The ancient Greek term for “crystal” actually implied the type of hard ice that is wonderfully clear and transparent. And it is ice that connects the area surrounding Workshop with a famous chemist who won a Nobel prize for his work in crystallography in 1962.  Max Perutz (1914-2002) described crystallography as a technique that “explains why diamond is hard and wax is soft, why graphite writes on paper and silk is strong”. Once you have enjoyed your coffee at Workshop, if you head down the stairs on the viaduct and descend to Farringdon Road you quickly get to Smithfield Market. It was here that, during the Second World War, Perutz helped to develop the material Pykrete. A “secret weapon” of World War II, Pykrete was developed five floors below Smithfield Market in a room cunningly disguised with animal carcasses. The planners in the war effort had wanted to design a boat made of ice but the problem was that when it was shot at, ice shattered. Could scientists develop a type of ice that would not shatter if it got hit by enemy fire? Pykrete was the answer. Pykrete uses the fact that materials such as plastics can be strengthened by adding fibres to them. In the case of Pykrete the “fibres” were sawdust and the material to be strengthened was ice. Not only does it not shatter when shot at (instead, the bullet creates a crater in the ‘boat’), it takes a lot longer to melt than ordinary ice. The sawdust encased in the ice acts to insulate the ice and increase its longevity.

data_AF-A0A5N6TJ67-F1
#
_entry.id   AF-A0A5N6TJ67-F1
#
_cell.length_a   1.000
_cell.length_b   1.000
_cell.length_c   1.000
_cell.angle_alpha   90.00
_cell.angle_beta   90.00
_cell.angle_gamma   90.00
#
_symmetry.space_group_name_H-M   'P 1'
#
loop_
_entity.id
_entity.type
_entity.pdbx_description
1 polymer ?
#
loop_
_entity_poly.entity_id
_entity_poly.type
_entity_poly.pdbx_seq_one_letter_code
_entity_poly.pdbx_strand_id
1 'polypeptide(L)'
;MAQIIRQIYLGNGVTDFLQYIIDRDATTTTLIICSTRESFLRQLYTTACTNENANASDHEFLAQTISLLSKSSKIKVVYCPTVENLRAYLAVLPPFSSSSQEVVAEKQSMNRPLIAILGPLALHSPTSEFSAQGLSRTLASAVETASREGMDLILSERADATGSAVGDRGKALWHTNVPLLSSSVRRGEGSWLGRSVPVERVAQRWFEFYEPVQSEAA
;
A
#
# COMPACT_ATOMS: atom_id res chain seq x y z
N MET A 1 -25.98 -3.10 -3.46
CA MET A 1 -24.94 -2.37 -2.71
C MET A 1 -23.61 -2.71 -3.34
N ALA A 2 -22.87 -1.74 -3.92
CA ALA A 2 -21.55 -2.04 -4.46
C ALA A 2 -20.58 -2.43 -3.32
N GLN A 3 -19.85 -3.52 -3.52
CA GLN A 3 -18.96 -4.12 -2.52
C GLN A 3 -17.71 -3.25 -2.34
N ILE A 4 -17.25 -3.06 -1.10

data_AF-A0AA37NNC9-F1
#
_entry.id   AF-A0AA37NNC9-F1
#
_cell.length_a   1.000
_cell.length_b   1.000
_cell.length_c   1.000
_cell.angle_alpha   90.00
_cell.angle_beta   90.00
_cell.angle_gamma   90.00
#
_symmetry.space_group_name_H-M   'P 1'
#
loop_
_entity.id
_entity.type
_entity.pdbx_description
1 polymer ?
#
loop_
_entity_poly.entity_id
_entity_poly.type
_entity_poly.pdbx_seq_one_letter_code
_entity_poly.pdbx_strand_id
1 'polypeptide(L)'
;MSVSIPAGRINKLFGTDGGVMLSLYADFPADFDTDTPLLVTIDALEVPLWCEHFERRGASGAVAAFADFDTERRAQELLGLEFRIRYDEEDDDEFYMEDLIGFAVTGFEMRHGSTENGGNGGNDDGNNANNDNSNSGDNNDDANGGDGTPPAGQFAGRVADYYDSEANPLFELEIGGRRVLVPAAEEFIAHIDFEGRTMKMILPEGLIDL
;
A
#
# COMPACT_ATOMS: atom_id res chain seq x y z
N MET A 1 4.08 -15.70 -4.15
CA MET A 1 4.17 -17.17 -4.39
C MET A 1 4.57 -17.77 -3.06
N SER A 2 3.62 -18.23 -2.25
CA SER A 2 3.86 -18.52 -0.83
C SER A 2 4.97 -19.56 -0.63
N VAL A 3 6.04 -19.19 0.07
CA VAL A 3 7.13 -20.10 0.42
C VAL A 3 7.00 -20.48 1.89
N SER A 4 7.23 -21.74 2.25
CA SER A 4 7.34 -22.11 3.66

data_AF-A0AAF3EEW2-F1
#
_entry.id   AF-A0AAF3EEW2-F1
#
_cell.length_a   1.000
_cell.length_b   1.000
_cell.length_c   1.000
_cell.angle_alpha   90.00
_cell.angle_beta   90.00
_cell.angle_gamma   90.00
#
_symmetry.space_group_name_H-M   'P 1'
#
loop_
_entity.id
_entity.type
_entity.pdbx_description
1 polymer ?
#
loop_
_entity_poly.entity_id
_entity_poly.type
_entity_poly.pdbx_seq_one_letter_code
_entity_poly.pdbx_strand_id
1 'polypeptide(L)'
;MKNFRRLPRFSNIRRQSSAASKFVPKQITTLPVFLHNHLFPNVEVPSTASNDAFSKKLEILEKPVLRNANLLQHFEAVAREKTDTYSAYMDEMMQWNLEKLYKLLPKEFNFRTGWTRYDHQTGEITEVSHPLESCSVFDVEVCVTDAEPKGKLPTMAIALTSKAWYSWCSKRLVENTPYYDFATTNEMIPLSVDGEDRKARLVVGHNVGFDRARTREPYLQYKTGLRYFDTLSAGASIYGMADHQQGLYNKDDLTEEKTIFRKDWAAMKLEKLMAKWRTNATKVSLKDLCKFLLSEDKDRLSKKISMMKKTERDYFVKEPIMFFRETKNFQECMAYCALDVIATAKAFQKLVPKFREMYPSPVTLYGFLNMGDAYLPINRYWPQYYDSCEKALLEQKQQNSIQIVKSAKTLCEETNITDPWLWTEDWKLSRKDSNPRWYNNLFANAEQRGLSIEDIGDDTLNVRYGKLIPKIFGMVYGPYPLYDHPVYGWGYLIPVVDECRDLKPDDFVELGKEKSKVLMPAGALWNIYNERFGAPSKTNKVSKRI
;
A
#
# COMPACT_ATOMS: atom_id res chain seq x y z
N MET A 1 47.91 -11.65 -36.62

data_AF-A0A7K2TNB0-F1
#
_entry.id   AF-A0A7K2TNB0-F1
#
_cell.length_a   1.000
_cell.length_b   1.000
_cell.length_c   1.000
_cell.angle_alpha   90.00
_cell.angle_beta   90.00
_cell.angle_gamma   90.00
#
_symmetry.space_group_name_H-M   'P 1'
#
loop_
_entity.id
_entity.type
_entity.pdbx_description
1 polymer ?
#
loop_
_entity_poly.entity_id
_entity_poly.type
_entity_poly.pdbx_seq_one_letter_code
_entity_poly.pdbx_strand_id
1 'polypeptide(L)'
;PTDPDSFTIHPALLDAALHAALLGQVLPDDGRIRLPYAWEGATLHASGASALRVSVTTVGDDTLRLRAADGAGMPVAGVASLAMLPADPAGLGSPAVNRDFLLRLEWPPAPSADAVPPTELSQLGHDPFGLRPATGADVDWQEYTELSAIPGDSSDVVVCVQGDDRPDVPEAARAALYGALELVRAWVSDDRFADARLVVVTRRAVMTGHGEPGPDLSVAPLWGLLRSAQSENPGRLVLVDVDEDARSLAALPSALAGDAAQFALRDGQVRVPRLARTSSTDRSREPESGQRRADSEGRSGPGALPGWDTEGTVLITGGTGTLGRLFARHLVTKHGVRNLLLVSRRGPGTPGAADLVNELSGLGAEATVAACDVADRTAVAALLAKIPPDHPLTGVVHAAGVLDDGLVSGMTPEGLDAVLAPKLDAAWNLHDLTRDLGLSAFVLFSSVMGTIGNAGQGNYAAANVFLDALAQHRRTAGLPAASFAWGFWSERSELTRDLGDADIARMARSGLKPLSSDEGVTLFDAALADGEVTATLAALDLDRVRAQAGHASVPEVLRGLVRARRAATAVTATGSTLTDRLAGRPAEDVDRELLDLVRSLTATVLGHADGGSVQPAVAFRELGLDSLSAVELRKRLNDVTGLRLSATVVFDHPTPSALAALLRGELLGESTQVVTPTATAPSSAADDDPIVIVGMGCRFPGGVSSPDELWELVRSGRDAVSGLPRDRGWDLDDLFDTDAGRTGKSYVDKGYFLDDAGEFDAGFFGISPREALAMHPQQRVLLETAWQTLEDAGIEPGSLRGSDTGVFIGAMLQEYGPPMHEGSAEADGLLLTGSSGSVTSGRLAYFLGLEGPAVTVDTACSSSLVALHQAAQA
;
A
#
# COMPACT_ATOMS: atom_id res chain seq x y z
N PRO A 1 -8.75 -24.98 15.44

Perutz’s Nobel prize was for his work to determine the crystal structure of haemoglobin, it took ‘just’ 25 years to do so. The field of crystallography continues to enrich our understanding of the behaviour of solids, though now we’re expected to get results more quickly than the 25 year time frame Perutz enjoyed. If you know of a good café where lots of physics goes on, or of a good café near a site of special (or unexpected) scientific interest, (or even just a good café) please do share your story either in the comments section below or by contacting me on email, Twitter or Facebook.